Employer-based insurance forked over the money for special care, treatment of birth defects, study says
THURSDAY, Sept. 21, 2017 (HealthDay News) — Premature births cost U.S. employer-sponsored health plans billions of dollars a year, a new study claims.
About 1 in 10 infants in the country are born prematurely (less than 37 weeks gestation), putting them at increased risk for birth defects and long-term health problems.
Employer-sponsored health plans spent at least $6 billion extra on premature infants born in 2013, and a large part of that was for infants with major birth defects. Infants with major birth defects accounted for less than 6 percent of the premature births, but one-quarter of the costs.
“The contribution of this study is to start to tweak out the contribution of birth defects to that overall cost burden so we can start to prioritize efforts at prevention of both preterm births and birth defects,” said study co-lead author Norman Waitzman, chair of the department of economics at the University of Utah.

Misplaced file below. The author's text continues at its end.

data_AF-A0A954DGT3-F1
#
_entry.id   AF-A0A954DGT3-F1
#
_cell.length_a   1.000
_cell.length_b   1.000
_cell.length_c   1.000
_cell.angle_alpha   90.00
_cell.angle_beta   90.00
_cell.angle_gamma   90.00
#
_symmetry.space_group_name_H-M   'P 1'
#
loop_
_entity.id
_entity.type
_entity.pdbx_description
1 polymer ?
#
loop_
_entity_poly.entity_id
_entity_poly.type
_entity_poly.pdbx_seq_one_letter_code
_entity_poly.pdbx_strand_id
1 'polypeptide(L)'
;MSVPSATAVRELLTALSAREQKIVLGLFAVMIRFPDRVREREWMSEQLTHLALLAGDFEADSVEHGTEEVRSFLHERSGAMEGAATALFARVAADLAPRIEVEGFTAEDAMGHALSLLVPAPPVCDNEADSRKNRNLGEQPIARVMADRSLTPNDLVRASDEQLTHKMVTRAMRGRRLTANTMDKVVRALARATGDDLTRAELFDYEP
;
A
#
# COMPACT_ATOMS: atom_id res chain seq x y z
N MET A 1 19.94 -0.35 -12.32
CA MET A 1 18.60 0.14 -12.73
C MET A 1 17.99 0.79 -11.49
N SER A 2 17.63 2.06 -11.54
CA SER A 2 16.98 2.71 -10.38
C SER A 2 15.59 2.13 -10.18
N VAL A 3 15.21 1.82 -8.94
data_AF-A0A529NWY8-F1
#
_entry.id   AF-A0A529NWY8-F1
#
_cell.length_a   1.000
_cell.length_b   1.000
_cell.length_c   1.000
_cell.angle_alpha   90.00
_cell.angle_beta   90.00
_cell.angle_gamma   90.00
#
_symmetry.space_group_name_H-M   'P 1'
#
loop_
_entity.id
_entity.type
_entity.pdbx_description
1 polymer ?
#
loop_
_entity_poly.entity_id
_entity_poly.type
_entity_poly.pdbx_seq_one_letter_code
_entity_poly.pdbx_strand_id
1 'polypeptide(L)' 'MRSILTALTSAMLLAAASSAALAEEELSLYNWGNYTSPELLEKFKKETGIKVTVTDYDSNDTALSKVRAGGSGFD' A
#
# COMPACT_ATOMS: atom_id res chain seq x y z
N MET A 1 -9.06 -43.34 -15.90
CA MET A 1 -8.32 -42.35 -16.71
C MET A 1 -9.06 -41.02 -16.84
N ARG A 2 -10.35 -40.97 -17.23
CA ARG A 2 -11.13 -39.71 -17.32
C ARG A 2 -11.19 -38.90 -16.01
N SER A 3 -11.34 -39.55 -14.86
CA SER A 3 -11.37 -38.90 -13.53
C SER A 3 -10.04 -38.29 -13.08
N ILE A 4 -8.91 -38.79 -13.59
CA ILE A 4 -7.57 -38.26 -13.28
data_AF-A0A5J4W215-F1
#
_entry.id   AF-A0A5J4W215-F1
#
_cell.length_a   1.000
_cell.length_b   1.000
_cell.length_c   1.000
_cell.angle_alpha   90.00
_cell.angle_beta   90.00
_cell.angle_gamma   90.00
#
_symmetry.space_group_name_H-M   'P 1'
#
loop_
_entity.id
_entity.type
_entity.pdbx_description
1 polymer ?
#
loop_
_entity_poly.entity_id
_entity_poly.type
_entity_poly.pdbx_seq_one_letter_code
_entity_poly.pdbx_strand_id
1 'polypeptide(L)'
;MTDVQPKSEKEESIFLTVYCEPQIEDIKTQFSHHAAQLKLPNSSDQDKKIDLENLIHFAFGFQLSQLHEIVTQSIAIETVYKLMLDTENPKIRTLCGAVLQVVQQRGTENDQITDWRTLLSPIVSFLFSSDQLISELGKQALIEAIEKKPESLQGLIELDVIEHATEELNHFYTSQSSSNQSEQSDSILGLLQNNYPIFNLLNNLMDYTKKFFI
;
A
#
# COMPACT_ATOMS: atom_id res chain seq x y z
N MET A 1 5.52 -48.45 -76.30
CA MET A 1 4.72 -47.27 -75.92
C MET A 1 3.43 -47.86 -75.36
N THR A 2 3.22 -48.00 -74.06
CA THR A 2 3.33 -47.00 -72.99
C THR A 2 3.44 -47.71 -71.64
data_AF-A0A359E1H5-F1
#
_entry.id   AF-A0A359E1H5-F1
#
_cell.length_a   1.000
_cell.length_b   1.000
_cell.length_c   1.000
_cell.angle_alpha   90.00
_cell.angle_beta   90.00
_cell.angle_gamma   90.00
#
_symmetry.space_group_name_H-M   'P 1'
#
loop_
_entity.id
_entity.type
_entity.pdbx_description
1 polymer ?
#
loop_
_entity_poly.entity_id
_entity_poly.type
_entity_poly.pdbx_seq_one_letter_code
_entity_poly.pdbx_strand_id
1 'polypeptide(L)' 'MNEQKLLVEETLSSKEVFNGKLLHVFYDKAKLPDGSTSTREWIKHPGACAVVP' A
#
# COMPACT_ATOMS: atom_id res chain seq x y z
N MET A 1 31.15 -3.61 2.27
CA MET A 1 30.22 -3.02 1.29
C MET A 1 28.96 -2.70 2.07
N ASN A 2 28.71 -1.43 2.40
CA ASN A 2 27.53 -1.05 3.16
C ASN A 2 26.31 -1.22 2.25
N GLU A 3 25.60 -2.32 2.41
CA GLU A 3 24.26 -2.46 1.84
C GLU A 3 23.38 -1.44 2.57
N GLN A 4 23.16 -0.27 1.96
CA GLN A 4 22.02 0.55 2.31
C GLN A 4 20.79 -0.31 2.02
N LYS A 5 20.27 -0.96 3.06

“This is a multibillion-dollar burden. In order to prioritize interventions, we have to have an accurate estimate of what the costs are and how those are broken down because often times interventions are tailored to specific populations,” he explained in a university news release.
Women can take steps to reduce the risk of preterm birth and birth defects, according to co-lead author Scott Grosse, a research economist at the National Center on Birth Defects and Developmental Disabilities, part of the U.S. Centers for Disease Control and Prevention.
“Before getting pregnant, women should talk to their doctor and follow their guidance about eating healthy, including enough folic acid, and avoiding tobacco and alcohol around the time of conception as well as throughout pregnancy,” Grosse said.
The study was published Sept. 21 in the journal Pediatrics.
The U.S. Centers for Disease Control and Prevention has more on preterm birth.